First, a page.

The colorful Torchlight series has aged gracefully amidst a deluge of Diablo clones in the traditional hack-and-slash action-RPG genre. From the ashes of the original Torchlight studio rises Echtra Games and a long-awaited Torchlight III, now on Steam Early Access.
Torchlight III began life as Torchlight Frontiers, a free-to-play MMO action RPG. Fans balked at the freemium change, and during closed beta, Frontiers was rebranded as Torchlight III, sans microtransactions. The result is an awkward layering of MMO-style zones and systems and an early access period that’s very much a work in progress. But underneath it all, it is still a really fun game with unique classes, big boss fights, and enjoyable dungeon crawls.
Torchlight III features four classes that are slightly customizable with a few hair, face, and color options. I initially chose the Dusk Mage with their neat augmented magic arm, though it turns out that’s just a weapon anyone can technically wield.
The Dusk Mage is the only class that uses a traditional mana system to power their dark and light spells, along with two meters representing their dark and light spell trees. Using dark spells, like teleportation or summoning shadowy spears, charges the light meter, and vice-versa for light spells. Fully charging one of the meters adds powerful buffs when casting an oppositely aligned spell, motivating the Dusk Mage to strategically swap between both sets of skills.
Every class in Torchlight III features similarly unique mechanics. The Railmaster is an evolution of Torchlight II‘s Engineer. Instead of building steampunk robots, however, the Railmaster lays down tracks for an adorable toy train that follows her around shooting enemies. The Railmaster can customize her train loadout with Conductor skills while building up endurance to unleash powered-up smashy skills via her signature warhammer.
The Sharpshooter is a classic ranged attacker that uses ammo instead of mana to trigger her Precision skills, backed up with ghostly summons that power her other attacks.
The Forged is the most unique of them all and destined to be a fan favorite. The charming steampunk robot can focus on ranged damage or melee assaults (or balance both) and utilizes a heat system to power up rapid-fire attacks and vent explosions. Instead of merely equipping a new set of pants, the Forged swaps body parts, such as replacing its spidery legs with minecart wheels, resulting in a highly versatile hero.
The world of Torchlight III is divided up into a linear series of zones designed for specific level ranges. Each zone contains procedurally generated areas, enemies, mini-bosses, and dungeons. In the Fields of Unrest I dodge fire-spewing traps as I wind around a mountain top, battle elite spider enemies in a large fort, and find a large wall with a mini-boss robot named Ol’ Wally. Torchlight‘s humorous enemies and brightly colored areas are a refreshing change from the typical Gothic horror trappings of most modern action RPGs, and I particularly love the attractive isometric mini-map that features its own fog of war and helpful icons.
Unfortunately the energetic combat is hamstrung by lag. Torchlight III doesn’t have an offline mode in early access, forcing everyone to play multiplayer via Echtra Games’ servers. While the worst connectivity issues from the initial launch have subsided, I’m constantly wrestling with hit detection, targeting enemies, and avoiding attacks. The lag is rarely bad enough to make the game unplayable, but it remains a constant source of frustration.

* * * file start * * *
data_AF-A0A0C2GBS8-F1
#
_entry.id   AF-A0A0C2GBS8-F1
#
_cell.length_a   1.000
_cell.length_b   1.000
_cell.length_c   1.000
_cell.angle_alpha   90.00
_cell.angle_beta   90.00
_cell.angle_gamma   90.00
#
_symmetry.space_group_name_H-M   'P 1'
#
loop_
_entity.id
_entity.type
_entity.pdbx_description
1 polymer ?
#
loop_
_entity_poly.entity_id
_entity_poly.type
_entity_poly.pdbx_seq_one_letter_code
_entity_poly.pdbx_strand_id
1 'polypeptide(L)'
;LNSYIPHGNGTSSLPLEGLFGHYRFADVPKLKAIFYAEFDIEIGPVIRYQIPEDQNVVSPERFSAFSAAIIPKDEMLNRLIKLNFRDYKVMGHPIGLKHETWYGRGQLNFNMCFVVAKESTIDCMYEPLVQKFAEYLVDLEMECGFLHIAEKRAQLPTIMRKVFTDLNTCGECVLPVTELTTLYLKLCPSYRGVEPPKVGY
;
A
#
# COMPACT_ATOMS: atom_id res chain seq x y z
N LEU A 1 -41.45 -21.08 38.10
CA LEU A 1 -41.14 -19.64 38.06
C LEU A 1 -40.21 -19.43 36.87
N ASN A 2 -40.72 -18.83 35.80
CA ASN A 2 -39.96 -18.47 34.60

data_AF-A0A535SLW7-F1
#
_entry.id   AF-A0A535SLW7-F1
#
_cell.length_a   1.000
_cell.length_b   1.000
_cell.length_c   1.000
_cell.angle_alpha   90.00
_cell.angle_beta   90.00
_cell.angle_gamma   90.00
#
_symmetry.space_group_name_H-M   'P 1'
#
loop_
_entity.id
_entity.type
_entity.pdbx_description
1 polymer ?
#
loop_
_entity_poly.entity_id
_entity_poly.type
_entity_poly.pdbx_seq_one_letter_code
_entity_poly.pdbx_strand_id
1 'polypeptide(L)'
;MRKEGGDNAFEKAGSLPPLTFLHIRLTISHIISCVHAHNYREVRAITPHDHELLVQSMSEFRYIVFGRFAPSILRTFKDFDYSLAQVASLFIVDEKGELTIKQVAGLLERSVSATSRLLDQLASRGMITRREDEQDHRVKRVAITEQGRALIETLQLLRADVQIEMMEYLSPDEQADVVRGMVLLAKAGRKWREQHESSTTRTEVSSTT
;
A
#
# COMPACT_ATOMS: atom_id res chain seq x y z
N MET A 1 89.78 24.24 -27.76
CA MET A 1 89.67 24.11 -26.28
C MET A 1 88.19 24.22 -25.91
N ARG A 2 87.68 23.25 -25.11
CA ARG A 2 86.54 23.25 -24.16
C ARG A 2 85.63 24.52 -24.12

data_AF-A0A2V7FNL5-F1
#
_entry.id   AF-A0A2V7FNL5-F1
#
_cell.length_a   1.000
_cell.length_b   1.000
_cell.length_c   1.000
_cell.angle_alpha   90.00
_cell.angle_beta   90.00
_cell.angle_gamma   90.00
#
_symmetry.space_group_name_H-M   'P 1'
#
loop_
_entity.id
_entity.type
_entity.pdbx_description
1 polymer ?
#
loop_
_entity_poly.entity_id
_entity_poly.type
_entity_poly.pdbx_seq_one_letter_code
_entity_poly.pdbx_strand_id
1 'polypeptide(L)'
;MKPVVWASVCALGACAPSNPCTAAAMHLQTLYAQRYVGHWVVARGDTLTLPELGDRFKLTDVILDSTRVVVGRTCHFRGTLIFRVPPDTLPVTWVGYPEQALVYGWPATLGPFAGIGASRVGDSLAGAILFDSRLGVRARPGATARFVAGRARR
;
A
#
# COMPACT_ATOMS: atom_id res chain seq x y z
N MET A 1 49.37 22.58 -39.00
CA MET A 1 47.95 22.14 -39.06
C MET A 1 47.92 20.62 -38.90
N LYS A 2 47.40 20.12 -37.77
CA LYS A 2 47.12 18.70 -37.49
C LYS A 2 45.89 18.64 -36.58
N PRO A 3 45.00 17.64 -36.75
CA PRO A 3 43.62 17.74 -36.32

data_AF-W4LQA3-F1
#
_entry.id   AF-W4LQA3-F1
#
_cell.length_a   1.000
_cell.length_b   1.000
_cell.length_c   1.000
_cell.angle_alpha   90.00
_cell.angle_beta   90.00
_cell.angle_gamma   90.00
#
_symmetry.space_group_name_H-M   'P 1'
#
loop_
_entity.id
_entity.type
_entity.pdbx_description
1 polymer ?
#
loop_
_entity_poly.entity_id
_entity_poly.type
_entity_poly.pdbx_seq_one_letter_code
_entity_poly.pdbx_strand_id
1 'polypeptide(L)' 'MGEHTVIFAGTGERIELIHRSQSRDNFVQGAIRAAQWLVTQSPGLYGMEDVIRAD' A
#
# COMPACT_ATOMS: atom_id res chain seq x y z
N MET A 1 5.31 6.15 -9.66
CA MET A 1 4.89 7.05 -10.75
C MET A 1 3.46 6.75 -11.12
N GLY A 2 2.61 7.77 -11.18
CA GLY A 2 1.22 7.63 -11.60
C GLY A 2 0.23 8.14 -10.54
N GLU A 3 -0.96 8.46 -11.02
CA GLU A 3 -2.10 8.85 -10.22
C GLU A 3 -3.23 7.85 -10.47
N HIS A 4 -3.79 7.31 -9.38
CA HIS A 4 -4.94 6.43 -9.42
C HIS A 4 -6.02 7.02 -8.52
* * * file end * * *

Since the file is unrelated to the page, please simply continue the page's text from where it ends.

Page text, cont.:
Since Torchlight III was originally designed as an online-only MMO, the hub towns are a shared space with other players running around, though there’s not a lot to do besides buying and selling equipment. All the important bits, like crafting and enchanting, are done at a player’s personal fort.
The fort is a personalized zone unique to each player account. Like the hub town (which changes each Act), I can teleport to my fort from anywhere in the game. The fort features a large area that can be decorated with different objects, including boss trophies and craftable furniture, as well as functional buildings to fully customize my personal space. Buildings provide different services and bonuses, such as enchanting gear with additional effects, swapping pets, and crafting powerful relics.
Equipped relics level alongside the player, adding an entire third skill tree with several different flavors and themes, such as poison, bleed, and electricity, allowing each character to further customize their characters. Relic skills are a welcome addition, as otherwise each character only has two skill trees and 14 skills, as well as a series of unlockable passive skills called Legendarium.
One odd holdover from the original freemium design are Contracts. At first glance, Contracts look like battle passes from free-to-play battle royale games — a series of unlockable goodies. In Torchlight III, players gain fame alongside XP, and fame goes toward unlocking new fort objects, legendary gear, unique pets, and enchantment recipes. Three different contracts are available, though only one can be active at any one time.
I’ve been a fan of the Torchlight games since the Fate precursor in the mid 2000s and felt anxious over Torchlight Frontiers. Despite some nasty latency woes and forced online multiplayer, I’m relieved that Torchlight III retains the skill and item depth, lovely art style, and satisfying hack-and-slash gameplay that series fans should expect. Since the early access launch, Echtra Games has been quick to respond to community feedback (such as changing Lifebound items), openly addressing and explaining issues, and releasing more content, including a third Act. Early access may not be the right time to jump in, but I’m confident Torchlight III will become the sequel we’ve been yearning for.